Invited Speaker Australian Society for Microbiology Annual Scientific Meeting 2018

Paradoxical Antibody: The mechanisms and treatment of antibody that exacerbates Pseudomonas aeruginosa lung infections. (#127)

Amy Pham 1 , Emma Sheehan 2 , Anthony DeSoyza 3 , Ian R Henderson 2 , Daniel Smith 4 , Scott Bell 4 , Timothy J Wells 1
  1. University of Queensland Diamantina Institute, Brisbane, QLD, Australia
  2. Institute of Microbiology and Infection, University of Birmingham, Birmingham, West Midlands, United Kingdom
  3. Institute of Cellular Medicine, Newcastle University, Newcastle, United Kingdom
  4. Adult CF centre, Prince Charles Hospital, Brisbane, QLD, Australia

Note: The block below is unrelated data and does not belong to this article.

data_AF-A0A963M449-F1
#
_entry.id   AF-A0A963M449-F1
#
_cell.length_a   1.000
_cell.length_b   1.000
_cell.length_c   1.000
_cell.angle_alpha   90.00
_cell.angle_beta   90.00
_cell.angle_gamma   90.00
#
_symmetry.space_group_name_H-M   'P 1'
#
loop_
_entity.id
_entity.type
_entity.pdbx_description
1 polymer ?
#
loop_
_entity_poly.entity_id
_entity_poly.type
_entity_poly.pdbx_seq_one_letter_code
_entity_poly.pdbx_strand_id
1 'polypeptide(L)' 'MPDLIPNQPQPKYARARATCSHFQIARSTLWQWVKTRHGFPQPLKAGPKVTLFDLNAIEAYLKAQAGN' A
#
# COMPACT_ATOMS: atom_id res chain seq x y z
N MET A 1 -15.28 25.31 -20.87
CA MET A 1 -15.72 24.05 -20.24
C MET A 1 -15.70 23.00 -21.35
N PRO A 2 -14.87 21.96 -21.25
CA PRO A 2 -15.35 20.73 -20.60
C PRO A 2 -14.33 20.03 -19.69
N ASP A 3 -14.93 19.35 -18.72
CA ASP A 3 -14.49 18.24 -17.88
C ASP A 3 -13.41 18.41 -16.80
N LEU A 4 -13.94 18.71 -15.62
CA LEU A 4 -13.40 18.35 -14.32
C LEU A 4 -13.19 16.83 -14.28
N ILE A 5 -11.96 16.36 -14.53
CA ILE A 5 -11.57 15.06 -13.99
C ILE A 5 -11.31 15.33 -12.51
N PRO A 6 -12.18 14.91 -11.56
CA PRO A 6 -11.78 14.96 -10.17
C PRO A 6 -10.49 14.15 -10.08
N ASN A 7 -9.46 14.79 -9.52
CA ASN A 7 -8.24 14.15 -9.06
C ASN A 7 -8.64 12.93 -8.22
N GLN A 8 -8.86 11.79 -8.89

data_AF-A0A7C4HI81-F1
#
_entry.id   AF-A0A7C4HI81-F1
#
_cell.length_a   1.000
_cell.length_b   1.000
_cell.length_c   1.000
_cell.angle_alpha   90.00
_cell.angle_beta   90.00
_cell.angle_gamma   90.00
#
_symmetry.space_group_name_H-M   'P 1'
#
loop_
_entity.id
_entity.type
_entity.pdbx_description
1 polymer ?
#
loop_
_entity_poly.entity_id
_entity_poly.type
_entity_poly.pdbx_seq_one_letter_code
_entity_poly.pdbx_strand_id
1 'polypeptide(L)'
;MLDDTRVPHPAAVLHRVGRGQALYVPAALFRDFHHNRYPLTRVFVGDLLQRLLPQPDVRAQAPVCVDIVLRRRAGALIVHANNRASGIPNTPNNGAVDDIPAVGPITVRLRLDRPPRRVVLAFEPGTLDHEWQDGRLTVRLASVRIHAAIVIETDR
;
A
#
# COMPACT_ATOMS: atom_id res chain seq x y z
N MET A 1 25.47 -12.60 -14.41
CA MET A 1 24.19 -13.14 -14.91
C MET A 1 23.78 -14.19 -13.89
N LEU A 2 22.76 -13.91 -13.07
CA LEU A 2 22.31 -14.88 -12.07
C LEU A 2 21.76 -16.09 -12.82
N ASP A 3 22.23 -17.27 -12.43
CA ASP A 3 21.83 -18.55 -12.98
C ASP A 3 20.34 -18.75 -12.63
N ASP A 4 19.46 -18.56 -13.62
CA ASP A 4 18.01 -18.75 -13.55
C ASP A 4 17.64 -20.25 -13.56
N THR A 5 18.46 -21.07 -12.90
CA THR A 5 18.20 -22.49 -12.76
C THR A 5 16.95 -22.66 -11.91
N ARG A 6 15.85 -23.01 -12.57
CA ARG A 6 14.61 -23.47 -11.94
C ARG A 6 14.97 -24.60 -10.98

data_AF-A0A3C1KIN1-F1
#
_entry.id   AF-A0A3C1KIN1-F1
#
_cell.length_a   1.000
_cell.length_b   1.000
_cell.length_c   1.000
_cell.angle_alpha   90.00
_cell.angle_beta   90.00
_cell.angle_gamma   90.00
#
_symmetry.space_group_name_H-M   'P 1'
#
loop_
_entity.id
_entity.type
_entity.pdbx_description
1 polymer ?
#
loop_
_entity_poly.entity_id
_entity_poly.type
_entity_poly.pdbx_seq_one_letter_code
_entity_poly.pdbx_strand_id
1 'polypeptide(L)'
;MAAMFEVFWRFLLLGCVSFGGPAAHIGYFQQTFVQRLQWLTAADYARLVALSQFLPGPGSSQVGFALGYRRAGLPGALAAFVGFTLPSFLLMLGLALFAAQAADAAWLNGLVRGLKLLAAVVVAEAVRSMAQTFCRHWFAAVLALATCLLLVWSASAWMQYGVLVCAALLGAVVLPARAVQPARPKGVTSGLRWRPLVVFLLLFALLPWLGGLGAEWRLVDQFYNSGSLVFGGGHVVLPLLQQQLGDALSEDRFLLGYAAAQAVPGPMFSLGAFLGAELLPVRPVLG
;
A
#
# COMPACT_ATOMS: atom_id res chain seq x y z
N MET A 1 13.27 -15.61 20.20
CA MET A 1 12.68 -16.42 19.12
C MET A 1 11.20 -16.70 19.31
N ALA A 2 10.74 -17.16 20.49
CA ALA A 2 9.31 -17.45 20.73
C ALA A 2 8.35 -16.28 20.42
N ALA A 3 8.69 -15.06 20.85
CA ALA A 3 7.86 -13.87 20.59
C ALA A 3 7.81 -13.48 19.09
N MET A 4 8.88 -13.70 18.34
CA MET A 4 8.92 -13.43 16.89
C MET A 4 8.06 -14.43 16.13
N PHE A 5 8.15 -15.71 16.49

Chronic Pseudomonas aeruginosa lung infections are found in patients suffering from bronchiectasis and cystic fibrosis (CF) and once colonisation is established, it is difficult to remove by current methods. We previously identified a subset of patients with bronchiectasis and chronic P. aeruginosa infection that produced specific antibody that actually protected the infecting bacterium from both serum- and cell-mediated killing. We demonstrated that these ‘inhibitory antibodies’ belong to the IgG2 subclass and target the O-antigen portion of lipopolysaccharide. Crucially, patients with high titres of inhibitory antibodies had worse lung function than infected patients with normal serum killing Two critically ill patients with this IgG2 were treated with plasmapheresis in an attempt to remove the inhibitory antibody. Both patients had immediate benefit from this treatment with a significant drop in hospitalisations, antibiotic use and markers of inflammation. Both patients lost culturable P. aeruginosa in their sputum for up to four months after treatment. Return of the inhibitory antibody in patients coincided with bacteria in their sputum and degrading health. Finally, we investigated the prevalence of this inhibitory antibody in a cohort of CF patients with chronic P. aeruginosa infection. We found that over 34% of the patients had antibody that inhibited serum-mediated killing of P. aeruginosa. Interestingly, titre alone was not sufficient to predict serum-inhibition, with affinity of the antibodies also important. Additionally, we identified some patients with high titres of IgA specific for the O-antigen which was also found to inhibit serum mediated killing. These findings indicate that inhibitory anti-O-antigen antibody may be a significant problem in P. aeruginosa lung infections, and that finding ways to remove or counteract this antibody can lead to improvement in health.